pulled him through. He now receives regular treatment for
AD and he is a happy, healthy dog. This week we'll read about Catherine,
Dane (pictured above)
with Primary Addison's
for 4 years. Like many AD-affected dogs, Catherine's symptoms were
– at the onset – a bit confusing:
of a "Near Miss"
Bobbie Marie Palsa
a sudden, dramatic "crash," or Addisonian Crisis
is not uncommon, many dogs experience a more insidious slide
into Addison’s Disease. As the adrenal glands begin to
fail, there is a waxing and waning of vague symptoms, often
easy to miss or misdiagnose.
initial symptoms consisted of nothing more than a slight
limp in her right hind leg and some generalized weakness in
rear end. She was originally diagnosed as having early arthritis
from a sports injury, the result of rough-housing with our
black lab. She was put on Rimadyl. At that time, Catherine
had no other symptoms, but in retrospect, her unusually long
hair-coat and her less than
enthusiastic appetite hadn't been normal for
her first day on Rimadyl, Catherine's limping was resolved;
however, her appetite rapidly declined over the next few
days. This was worrisome. After four days
Catherine was taken off the Rimadyl and our vet began running
additional tests (blood, urine, you name it) to determine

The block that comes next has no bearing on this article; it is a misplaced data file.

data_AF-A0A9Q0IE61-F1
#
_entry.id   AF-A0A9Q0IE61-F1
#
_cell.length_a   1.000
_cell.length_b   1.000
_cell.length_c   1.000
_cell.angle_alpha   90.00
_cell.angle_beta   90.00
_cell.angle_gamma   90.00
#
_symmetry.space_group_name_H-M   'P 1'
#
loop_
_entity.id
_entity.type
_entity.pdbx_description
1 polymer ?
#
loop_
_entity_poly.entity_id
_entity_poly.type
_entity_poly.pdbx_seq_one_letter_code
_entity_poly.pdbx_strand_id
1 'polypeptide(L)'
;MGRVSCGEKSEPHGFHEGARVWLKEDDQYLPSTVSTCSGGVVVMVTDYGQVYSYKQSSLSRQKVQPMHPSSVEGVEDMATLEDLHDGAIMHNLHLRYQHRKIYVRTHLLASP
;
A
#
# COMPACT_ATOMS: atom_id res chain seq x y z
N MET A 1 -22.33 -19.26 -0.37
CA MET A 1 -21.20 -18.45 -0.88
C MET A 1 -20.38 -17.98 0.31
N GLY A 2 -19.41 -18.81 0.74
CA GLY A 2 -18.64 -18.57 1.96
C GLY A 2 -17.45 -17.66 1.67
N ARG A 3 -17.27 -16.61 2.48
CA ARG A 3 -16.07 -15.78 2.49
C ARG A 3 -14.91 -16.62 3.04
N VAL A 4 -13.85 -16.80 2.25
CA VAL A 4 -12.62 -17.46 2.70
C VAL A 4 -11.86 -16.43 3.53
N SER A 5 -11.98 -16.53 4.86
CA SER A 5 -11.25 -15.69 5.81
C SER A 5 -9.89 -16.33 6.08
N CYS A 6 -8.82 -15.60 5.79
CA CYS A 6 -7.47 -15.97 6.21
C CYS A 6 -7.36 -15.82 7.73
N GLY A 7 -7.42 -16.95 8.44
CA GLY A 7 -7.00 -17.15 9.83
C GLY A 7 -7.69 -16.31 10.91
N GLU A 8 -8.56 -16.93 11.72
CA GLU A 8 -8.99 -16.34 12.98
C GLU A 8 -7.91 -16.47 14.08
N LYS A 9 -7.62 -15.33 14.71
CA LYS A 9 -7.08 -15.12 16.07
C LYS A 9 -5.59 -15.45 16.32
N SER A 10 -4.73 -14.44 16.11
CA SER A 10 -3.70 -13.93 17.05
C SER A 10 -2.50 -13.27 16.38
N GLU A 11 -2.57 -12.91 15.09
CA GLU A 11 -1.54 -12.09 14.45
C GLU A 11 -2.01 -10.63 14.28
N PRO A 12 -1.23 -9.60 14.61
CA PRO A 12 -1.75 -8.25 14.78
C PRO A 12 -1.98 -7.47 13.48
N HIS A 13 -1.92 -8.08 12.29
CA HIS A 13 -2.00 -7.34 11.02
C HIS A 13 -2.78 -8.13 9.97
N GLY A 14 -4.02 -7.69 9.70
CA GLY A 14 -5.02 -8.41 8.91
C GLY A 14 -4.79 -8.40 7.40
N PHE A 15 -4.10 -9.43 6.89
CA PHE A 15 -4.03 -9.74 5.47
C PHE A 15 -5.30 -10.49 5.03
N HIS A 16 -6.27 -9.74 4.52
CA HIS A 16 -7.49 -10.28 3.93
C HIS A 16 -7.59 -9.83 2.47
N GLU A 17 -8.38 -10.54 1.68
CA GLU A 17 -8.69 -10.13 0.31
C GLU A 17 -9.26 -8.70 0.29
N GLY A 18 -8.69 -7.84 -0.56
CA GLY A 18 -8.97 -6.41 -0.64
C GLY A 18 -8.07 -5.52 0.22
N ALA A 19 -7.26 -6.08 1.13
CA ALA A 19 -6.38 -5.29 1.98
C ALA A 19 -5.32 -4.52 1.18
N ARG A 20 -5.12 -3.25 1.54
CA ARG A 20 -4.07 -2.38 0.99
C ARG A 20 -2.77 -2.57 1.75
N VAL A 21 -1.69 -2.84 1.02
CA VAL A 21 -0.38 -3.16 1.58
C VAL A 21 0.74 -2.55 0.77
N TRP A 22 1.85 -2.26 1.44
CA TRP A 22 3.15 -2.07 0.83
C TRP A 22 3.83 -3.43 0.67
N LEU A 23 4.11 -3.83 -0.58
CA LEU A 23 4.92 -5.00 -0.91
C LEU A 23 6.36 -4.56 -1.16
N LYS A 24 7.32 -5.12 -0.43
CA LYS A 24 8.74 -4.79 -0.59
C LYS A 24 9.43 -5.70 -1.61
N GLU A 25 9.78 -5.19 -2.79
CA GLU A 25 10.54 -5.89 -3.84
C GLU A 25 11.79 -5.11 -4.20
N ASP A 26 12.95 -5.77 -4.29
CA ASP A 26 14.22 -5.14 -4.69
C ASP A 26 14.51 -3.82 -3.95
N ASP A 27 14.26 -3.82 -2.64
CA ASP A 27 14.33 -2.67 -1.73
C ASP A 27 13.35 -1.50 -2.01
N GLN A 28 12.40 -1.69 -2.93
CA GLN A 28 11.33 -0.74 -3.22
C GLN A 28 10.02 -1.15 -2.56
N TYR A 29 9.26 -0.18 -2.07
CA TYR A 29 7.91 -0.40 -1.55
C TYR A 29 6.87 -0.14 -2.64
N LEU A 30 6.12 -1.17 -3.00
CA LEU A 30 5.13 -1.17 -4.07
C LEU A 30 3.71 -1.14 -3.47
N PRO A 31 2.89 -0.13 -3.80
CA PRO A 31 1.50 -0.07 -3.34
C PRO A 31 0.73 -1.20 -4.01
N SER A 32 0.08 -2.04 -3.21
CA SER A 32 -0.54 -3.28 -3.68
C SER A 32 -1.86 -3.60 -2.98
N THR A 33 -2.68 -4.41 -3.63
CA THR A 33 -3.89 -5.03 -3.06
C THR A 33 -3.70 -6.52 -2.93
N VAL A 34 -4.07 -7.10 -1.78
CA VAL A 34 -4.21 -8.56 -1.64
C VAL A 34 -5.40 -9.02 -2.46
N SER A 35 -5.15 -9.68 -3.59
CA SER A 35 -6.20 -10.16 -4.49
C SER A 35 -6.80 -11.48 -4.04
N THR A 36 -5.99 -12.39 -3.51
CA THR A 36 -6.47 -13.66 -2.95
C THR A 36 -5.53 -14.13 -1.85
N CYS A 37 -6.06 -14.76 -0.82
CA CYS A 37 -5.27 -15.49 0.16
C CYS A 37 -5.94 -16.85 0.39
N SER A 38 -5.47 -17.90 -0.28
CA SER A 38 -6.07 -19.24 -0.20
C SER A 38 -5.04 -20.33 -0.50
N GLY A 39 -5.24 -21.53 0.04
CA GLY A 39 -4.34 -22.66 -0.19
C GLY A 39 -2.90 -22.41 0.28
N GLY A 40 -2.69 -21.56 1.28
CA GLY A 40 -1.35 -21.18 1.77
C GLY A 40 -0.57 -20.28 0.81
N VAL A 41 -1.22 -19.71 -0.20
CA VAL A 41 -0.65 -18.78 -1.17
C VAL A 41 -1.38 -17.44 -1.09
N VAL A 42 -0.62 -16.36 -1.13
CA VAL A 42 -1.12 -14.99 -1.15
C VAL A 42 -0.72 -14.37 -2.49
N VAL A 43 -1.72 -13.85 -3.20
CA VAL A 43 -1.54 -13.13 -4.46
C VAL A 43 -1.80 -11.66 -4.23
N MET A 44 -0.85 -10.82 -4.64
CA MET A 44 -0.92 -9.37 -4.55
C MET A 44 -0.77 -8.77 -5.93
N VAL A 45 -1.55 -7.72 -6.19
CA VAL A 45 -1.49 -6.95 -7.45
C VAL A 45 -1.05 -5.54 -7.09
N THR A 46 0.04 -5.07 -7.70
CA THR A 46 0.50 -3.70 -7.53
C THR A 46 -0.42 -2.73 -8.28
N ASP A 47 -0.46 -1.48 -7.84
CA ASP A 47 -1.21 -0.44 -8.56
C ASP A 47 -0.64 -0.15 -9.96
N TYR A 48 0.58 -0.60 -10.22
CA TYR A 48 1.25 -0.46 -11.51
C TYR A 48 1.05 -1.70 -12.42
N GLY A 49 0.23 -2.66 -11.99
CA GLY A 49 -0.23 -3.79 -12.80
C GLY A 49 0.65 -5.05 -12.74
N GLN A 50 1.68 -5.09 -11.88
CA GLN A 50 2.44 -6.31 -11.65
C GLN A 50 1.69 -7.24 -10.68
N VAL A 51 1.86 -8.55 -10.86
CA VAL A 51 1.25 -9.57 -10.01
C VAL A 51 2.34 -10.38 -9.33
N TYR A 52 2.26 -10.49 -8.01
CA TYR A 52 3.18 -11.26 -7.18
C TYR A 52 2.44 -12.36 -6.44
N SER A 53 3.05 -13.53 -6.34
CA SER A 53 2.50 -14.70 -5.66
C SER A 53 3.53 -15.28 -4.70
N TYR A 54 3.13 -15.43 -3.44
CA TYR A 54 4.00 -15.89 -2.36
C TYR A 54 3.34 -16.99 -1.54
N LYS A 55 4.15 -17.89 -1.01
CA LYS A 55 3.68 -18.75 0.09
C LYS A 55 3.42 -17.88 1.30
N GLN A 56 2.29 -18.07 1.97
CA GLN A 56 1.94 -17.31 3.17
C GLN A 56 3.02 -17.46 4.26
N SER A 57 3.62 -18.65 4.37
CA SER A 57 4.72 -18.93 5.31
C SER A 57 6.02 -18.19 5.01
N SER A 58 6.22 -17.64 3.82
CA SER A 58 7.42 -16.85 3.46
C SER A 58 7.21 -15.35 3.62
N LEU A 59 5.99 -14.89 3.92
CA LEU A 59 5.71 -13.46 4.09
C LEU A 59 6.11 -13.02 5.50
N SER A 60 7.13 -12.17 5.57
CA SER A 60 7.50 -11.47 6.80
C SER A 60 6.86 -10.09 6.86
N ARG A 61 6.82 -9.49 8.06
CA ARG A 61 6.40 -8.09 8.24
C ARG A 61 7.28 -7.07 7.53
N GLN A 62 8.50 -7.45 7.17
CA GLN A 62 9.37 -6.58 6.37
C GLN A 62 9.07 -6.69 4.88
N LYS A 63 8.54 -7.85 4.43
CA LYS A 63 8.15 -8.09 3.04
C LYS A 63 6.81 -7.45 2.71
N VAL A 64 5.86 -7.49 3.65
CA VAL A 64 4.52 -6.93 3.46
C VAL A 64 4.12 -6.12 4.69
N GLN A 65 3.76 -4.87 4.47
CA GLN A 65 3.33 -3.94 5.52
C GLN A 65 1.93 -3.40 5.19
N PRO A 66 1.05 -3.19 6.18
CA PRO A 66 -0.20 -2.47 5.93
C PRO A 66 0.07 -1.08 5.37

her problem. At that point her only 'clinical' indications
were slightly elevated potassium and liver enzyme levels.
By then Catherine's appetite was non-existent, although she
never did go through the vomiting that so many AD dogs seem
to experience. None-the-less, her weight
had dropped 27 pounds and she had bloody stools. After consulting
with Dr. Deborah Greco, one of the country's
leading canine endocrinologists, our veterinarian ran the
ACTH Stimulation Test. BINGO!! Catherine tested positive
for Canine Addison's Disease. We got the results of the test
on Saturday morning and she received her first injection
of Percorten-v (DOCP)
the following Monday. In the meanwhile, we were told to start
giving her 30 mg of Prednisone a day to "prop her up" until
she got her shot and the DOCP started doing its job.
Our vet later
told us that Catherine's initial symptoms –
limping and generalized weakness of the rear quarters, depressed
appetite, and unusual coat – were due to underlying
Addison's Disease. Upper gastrointestinal irritation, ulceration
and bleeding is consistent with Addison's. In Catherine's
case, the Rimadyl and high doses of Prednisone administered
prior to her first
DOCP injection resulted in extensive damage to her stomach.
So even though her electrolytes were stabilized within hours
of her first DOCP injection, Catherine's stomach was still
bad shape. Four days after her first treatment, Catherine
collapsed and was admitted to the ER in shock. At least by